Hacked Gadgets Forum

May 30, 2008

Robot Power Plant

at 11:22 am. Filed under Complex Hacks, Electronic Hacks

This Robot Power Plant project by Ken Gracey over at Parallax shows how we can get away from using huge batteries for power hungry mobile projects. There are pictures of his second build style after the jump. 

"Project Purpose: 

To develop an outdoor robot power system which can deliver many more amp-hours of energy than batteries, using a gas engine and a modified automobile alternator. The initial purpose was not to build a robot, but to prototype a Hybrid Power Plant that I could use on an over-the-snow robot. A battery would merely support surges in current demand, like a big capacitor. It wouldn’t be there to provide power for anything more than half of a minute. This could lighten my load and extend operating time, particularly for a GPS autonomous robotic project.
After building the Hybrid Power Plant and running some tests on it with real loads I decided to put some motors on it and test it out on an R/C robot requiring much more current. This additional step turned out to be a big eye-opener, and gave me another purpose to the project – to test the system on a robot.  
Mechanical Design:
Coupling an alternator to a small gas engine requires that the shafts be perfectly aligned. Small "spider couplings" provide for up to 1 degree of angular misalignment, and 0.01" of horizontal offset. To align the engine and alternator I decided to make this a machining project (I had tried other ways before, and failed!). Using belts and pulleys would be out of the question due to the introduction of more moving parts, increased system slop and noise, and danger of moving parts.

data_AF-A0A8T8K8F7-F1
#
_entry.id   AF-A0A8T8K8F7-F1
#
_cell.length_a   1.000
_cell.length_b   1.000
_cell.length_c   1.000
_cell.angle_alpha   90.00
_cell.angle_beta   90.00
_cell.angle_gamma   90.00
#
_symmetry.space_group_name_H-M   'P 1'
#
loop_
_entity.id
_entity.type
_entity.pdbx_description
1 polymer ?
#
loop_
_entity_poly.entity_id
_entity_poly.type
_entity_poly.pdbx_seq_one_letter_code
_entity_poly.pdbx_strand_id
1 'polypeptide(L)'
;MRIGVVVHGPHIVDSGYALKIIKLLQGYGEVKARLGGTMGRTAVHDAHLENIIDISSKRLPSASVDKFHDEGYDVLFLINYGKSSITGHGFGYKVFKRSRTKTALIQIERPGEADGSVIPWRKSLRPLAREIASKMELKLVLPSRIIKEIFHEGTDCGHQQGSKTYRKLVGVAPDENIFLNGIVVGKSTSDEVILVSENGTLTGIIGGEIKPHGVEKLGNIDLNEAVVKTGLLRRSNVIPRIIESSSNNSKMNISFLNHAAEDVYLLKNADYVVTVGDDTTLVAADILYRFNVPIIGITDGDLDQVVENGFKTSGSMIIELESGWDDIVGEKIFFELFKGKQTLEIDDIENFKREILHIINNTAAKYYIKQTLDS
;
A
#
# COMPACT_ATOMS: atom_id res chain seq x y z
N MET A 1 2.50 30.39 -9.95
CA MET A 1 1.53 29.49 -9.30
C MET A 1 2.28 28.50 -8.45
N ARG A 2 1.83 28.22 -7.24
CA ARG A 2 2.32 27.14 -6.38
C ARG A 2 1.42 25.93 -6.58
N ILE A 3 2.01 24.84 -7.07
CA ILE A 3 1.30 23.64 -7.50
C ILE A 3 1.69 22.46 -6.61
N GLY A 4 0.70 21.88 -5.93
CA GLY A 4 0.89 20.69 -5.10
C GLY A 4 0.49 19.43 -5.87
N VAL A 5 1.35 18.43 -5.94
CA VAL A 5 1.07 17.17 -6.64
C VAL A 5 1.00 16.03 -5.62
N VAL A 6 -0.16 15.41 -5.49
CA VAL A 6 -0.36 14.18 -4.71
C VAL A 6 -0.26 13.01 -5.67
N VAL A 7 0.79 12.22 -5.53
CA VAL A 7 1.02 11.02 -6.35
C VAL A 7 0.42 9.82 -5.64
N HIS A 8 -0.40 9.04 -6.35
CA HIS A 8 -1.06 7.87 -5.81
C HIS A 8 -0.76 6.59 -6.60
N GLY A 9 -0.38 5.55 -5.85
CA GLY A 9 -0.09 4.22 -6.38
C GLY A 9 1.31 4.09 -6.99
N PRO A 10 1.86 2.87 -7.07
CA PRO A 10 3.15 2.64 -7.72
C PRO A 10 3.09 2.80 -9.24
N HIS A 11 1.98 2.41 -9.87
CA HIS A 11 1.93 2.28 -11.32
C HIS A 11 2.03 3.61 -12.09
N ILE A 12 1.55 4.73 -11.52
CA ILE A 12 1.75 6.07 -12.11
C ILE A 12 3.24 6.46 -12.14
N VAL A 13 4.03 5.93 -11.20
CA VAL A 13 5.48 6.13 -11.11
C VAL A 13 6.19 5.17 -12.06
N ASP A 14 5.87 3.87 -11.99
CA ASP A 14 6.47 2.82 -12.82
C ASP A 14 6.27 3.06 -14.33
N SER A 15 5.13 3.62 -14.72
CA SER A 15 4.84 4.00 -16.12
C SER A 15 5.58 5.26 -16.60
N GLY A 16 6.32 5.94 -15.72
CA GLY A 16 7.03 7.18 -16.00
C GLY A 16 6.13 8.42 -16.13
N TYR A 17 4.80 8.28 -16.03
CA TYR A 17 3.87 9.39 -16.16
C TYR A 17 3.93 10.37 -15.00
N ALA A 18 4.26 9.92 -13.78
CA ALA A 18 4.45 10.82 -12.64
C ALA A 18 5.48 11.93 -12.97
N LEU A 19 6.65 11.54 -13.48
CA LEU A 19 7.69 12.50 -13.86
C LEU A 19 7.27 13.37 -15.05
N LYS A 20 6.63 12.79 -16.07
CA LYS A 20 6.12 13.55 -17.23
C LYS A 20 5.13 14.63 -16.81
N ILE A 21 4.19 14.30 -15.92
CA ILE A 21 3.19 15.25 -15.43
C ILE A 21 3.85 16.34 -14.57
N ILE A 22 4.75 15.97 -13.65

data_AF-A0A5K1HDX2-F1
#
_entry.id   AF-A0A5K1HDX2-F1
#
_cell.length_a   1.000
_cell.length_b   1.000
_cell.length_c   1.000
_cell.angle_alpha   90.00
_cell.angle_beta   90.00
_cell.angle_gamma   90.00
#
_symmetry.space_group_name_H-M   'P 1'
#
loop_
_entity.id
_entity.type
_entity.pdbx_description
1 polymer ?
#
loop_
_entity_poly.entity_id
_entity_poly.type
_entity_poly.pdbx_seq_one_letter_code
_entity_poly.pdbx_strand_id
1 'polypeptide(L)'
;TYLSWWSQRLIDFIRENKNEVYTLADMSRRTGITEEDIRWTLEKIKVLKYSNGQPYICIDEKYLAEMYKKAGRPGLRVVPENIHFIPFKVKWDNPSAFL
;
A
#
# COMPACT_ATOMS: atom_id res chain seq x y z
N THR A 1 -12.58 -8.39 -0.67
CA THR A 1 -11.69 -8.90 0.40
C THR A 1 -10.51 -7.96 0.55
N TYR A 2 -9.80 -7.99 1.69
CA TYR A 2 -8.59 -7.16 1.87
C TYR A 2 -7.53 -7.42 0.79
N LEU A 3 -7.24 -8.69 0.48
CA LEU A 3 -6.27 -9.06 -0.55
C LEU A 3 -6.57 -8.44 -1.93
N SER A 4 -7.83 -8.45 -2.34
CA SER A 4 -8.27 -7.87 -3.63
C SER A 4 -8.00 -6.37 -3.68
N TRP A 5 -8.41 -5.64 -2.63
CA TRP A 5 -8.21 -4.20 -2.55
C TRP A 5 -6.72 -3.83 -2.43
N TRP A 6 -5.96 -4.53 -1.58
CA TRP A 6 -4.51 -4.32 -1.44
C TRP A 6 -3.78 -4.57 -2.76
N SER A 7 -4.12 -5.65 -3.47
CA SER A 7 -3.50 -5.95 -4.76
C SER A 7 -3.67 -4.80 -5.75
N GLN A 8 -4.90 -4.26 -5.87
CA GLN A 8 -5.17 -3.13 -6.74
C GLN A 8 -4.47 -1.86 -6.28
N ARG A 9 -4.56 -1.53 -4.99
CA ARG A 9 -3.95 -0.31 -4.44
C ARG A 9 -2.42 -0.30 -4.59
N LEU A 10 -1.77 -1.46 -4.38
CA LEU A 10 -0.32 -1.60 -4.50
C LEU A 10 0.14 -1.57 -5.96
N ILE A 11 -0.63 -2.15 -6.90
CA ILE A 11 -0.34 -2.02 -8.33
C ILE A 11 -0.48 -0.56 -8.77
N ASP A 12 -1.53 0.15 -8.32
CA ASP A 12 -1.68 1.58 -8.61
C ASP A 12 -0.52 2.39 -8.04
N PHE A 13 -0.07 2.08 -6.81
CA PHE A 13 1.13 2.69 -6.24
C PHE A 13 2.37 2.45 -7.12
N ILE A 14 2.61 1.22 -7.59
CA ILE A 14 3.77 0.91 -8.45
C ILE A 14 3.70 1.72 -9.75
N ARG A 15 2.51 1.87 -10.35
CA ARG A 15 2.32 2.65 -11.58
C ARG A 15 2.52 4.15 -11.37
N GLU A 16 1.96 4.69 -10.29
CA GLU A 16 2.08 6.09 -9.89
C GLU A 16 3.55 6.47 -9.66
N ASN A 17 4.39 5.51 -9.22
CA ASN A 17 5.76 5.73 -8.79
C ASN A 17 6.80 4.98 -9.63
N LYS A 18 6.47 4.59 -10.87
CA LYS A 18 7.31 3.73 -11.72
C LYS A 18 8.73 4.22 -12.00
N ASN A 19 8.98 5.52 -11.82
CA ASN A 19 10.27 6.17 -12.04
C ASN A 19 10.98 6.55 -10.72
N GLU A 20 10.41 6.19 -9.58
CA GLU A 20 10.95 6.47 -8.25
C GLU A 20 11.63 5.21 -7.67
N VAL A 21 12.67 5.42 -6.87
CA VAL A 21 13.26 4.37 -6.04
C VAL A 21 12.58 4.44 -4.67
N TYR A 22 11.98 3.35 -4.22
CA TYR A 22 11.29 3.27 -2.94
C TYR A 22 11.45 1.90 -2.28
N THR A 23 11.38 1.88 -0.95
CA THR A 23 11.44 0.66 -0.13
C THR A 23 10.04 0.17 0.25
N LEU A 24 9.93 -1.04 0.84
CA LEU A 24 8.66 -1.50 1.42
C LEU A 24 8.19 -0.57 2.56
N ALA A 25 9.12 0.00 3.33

The Hybrid Power Plant would was built by mounting the engine and alternator on their own plates, using a 3/4" aluminum rod as an additional alignment (and to double as handles). Although the alternator had two mounting holes, I opted not to use these since they were offset at different z-axis places. Instead, I machined the front of the alternator flat and drilled/tapped four holes in known locations. These holes allowed me to attach it to its mounting plate and perfectly identify the center shaft. The Honda mini 4-stroke engine (GX35) really needed a clutch – the power curve is way up in the RPMs and it generates little torque until 3,500 RPM. Staton-Inc makes a $60 clutch that has perfect mounting holes, enabling it to be mounted to a plate. I also attached the back and bottom of the engine to four more mounting locations on the base plate. The thought was that by mounting the engine to some sizeable chunks of aluminum I would smooth out vibration by closely coupling it to a mass. "